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Moves by Jeb Bush add to talk of 2016 candidacy

WASHINGTON — Jeb Bush's decision to release a policy-laden e-book and all his emails from his time as governor of Florida has further stoked expectations among his allies that he will launch a presidential bid.

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Ebby Halliday acquires Fort Worth’s Williams Trew

Williams Trew Real Estate of Fort Worth has been acquired by Dallas-based residential real estate brokerage Ebby Halliday Real Estate Inc.

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Meridian Bank Texas parent acquired by UMB Financial for $182.5M

Kansas City, Mo.-based UMB Financial Corp., the parent company of UMB Bank, said Dec. 15 it has signed a definitive agreement to acquire Marquette Financial Companies in an all-stock transaction.

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Cousins Properties to sell 777 Main tower in downtown Fort Worth

Cousins Properties Inc. has confirmed plans to sell the 777 Main office tower in downtown Fort Worth, according to a news release from the Atlanta-based real estate investment firm.

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Glen Garden sale closes, distillery on tap

Firestone & Robertson Distilling Co. closed late Wednesday on its purchase of the historic Glen Garden Country Club in southeast Fort Worth, with plans to convert it into a whiskey distillery and bucolic visitor attraction.

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'Breaking Bad's' epic premiere: What's the verdict

Giancarlo Esposito, AKA, The Chicken Man, on 'Breaking Bad'

Breeanna Hare

CNN

SPOILER ALERT - 

(CNN) -- Sunday night brought the beginning of the end for Walter White of "Breaking Bad."

The first of the final eight episodes featured an unbelievably tense scene, one that left fans with two words of wisdom as they barrel toward the conclusion. They were uttered by Bryan Cranston's corrupt meth kingpin after his brother-in-law, DEA agent Hank, tells him he doesn't even know who Walt is anymore.

Walt's advice? In that case, "tread lightly."

(Mindy Kaling's advice on Twitter wasn't half-bad either: "If you didn't see breaking bad tonight, tomorrow you better take your spoilers like a man.")

Keeping that in mind, we'll tread lightly on revealing too much in case you're still catching up or somehow nodded off during the mid-season premiere. The expectations were intimidatingly high for Sunday's "Blood Money," but in the eyes of critics, creator Vince Gilligan and his team delivered -- as did stars Bryan Cranston and Aaron Paul.

The journey kicks off with another flash-forward, showing the White home in disarray, its pool drained of its contents with a yellow "Heisenberg" tagged on a wall. We watched Walt grab the ricin capsule from behind an electrical socket, and then we're back in the present again.

And that's when the real fun begins. We knew that Hank suspected that Walt was the meth kingpin he's been chasing, but we didn't know how he'd put those pieces together. Sunday's episode wasted no time answering one of our big questions, and by the end of it, Hank and Walt were stunningly face-to-face.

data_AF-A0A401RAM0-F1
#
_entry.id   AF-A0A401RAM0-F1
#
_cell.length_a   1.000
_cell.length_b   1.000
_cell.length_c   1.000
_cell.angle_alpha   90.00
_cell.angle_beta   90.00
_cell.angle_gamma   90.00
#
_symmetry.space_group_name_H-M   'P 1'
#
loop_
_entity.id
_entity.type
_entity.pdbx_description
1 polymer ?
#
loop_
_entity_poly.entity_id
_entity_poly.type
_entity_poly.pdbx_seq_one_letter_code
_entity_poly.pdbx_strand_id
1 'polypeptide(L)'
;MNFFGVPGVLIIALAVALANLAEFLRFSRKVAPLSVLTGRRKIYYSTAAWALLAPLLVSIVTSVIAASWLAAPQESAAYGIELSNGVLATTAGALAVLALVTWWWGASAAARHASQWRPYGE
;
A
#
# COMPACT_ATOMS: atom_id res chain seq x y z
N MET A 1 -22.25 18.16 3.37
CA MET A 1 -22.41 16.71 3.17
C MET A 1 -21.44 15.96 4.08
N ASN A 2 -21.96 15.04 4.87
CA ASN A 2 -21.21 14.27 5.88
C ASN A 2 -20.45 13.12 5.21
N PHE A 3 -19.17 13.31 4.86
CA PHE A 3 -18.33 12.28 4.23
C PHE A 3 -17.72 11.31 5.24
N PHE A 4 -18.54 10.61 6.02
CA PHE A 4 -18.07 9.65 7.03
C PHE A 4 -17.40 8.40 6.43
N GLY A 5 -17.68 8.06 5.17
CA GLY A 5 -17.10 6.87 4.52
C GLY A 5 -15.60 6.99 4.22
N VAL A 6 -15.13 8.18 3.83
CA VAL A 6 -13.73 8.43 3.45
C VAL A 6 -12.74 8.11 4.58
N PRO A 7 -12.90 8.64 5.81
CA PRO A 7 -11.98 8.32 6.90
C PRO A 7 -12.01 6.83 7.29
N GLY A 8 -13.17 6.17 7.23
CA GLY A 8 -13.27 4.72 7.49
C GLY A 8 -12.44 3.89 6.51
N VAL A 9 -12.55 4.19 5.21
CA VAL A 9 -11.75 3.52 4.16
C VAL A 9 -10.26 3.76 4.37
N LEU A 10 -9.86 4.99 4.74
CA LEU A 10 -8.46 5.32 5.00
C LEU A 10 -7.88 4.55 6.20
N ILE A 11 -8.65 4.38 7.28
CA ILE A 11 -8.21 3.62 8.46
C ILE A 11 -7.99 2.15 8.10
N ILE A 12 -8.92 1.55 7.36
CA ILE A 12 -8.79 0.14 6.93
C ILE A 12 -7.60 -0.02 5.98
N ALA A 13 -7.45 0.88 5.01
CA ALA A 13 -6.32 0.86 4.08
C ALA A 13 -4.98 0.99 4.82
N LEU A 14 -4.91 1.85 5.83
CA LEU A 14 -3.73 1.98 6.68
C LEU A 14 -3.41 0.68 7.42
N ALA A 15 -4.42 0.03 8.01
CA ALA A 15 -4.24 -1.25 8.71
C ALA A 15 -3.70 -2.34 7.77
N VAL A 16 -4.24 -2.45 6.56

It was at this point that we sort of wished AMC would go the Netflix route and just give the episodes to us all at once, and we're not the only ones.

"This TV version of a literary thriller has reached the point where the pieces are finally coming together and all we want to do is whip through its pages and finally devour that much-craved resolution. But we can't, because there are seven more episodes to go," said Salon's Jen Chaney. "There's a lesson in it ... After watching a show about a man who comes to think he can have everything his way, whenever he wants, it's good to be reminded that most people can't. We are not in control, so we must accept it, respect it and patiently savor the prolonged, delicious agony."

The New Yorker found the climactic scene to be "a classic opener for the season: a cowboy showdown that placed Hank, once a minor, comic character on the show, dead center in the role of hero." And yet, the magazine's Emily Nussbaum predicts, "Based on that terrifying cold open, it's a solid bet that Hero Hank is a red herring, and the show's real endgame will be Jesse, the one most damaged by Walt."

Esquire's Alex Berenson agrees, believing that there's no way Walt is making it out of this series alive -- flash-forwards to his 52nd birthday with a head full of hair, be damned -- and that Jesse is going to be the one to do it.

"Like all good psychopaths, Walter has convinced himself that his prior crimes don't matter as long as he lives decently in the future," Berenson writes. "But Jesse can't forget what they've done. Jesse has grown a conscience, and it's killing him. And if Jesse is to find any kind of peace for the rest of his life -- even in prison -- he's going to have to destroy the monster he knows better than anyone else."

With just seven more episodes to go, we'll find out soon enough. Judging from the premiere, though, the rest of the season is bound to be just as fantastic as whatever end we find. As Time magazine's James Poniewozik put it, "Game freakin' on."

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